Publication Date: April 1, 2000
Woogie is a cat, and she has a bad habit of getting into trouble that leaves her with one less life than she started out with. But Woogie might just be the luckiest cat around.
Date Read: January 22, 2019
Rating: ★ ★ ★ ★ ★
I had to read this as part of a project for my Native American Cultures class. It took about ten minutes to read the book and come up with the important points for the project, so I don’t really have a whole lot to say about this.
The pictures are really well-drawn, and I liked the art style. There are a lot of earthy tones and a mixture of line thickness, which adds a lot of dimension to the drawings. I don’t have any critiques about it because art isn’t my forte when it comes to critiques or even appreciation. I do think it would be appealing to the middle grade age group it was written for.
I felt like the story was a little too simplistic for its age group, but maybe that’s just me thinking that it’s more for children around the ages of 9-12. It was really easy to read and the story had a good flow to it. Reading about how Woogie lost each of her lives was entertaining, though my group mates and I felt a little bad about laughing at some of them. We had a couple pages of a mystery, but that was resolved nicely by the end of the book.
Of all the things about the plot, the only things I wish were done better were the explanations of why Woogie had such good luck and how it connected to Native American culture. As there was only one mention of a Native American cultural event, it felt like this book could have been written by a white person, rather than an actual Muscogee Indian. There were a lot of things that this book could have done for the explanation of Native American culture, but at the same time, I did like that the author gave us information like it was normal, like we were supposed to know things already.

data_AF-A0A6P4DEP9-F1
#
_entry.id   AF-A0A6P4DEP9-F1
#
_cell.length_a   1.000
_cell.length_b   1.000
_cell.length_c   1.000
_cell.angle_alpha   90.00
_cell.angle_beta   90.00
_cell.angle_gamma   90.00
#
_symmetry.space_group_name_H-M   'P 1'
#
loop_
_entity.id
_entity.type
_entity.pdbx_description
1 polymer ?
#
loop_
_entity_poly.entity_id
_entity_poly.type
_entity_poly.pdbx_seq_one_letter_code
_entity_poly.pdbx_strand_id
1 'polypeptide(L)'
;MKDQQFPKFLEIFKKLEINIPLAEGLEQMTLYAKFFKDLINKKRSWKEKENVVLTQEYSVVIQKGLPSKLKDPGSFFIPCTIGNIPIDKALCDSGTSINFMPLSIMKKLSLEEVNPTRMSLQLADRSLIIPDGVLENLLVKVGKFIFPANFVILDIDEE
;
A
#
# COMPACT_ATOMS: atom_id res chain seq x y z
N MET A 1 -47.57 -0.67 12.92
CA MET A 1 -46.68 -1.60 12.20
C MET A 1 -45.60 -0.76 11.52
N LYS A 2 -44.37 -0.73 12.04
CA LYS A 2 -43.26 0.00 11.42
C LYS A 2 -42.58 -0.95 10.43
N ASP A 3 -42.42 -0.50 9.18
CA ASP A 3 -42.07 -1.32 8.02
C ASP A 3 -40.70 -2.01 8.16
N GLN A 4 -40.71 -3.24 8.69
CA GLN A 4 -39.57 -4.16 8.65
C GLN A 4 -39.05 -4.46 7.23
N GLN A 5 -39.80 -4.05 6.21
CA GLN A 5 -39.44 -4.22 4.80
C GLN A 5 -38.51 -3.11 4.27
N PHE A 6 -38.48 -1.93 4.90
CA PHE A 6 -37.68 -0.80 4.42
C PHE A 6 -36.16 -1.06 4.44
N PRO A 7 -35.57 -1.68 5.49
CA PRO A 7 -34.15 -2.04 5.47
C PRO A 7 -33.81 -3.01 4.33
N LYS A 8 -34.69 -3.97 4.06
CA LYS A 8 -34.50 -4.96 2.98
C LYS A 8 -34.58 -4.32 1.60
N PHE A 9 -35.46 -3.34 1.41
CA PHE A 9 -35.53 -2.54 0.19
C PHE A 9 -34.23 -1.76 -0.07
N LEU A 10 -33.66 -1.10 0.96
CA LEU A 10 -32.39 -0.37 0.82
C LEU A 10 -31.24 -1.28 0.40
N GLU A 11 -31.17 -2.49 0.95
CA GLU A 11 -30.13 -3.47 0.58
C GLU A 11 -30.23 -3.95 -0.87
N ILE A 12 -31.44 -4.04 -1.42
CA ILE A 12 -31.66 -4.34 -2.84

Children’s literature like this isn’t my strong suit when it comes to critiques. I struggle a lot to write reviews for children’s literature because I skipped reading a lot of it when I was younger, jumping pretty quickly into lower YA and YA. Looking back at my childhood, I don’t think that this is necessarily something I would have enjoyed, just because it feels too simple for the level I was reading at and understanding when I was a child.
I think that it’s a good option for children around the age of 6-8, but any older and they’ll probably find this too simple or boring.
I loved Woogie a lot. One thing that my group mates and I kept going back to was how cute Woogie was and how much we loved seeing her on the page.
I don’t remember if there were any other characters that were explicitly named, but even if there were, I’m not about to go to the library to check. There was nothing very special about the rest of them as the book was mostly focused on Woogie.
3 stars. It was okay as far as picture books go. I liked it decently enough, and I think it’s a good option for young kids.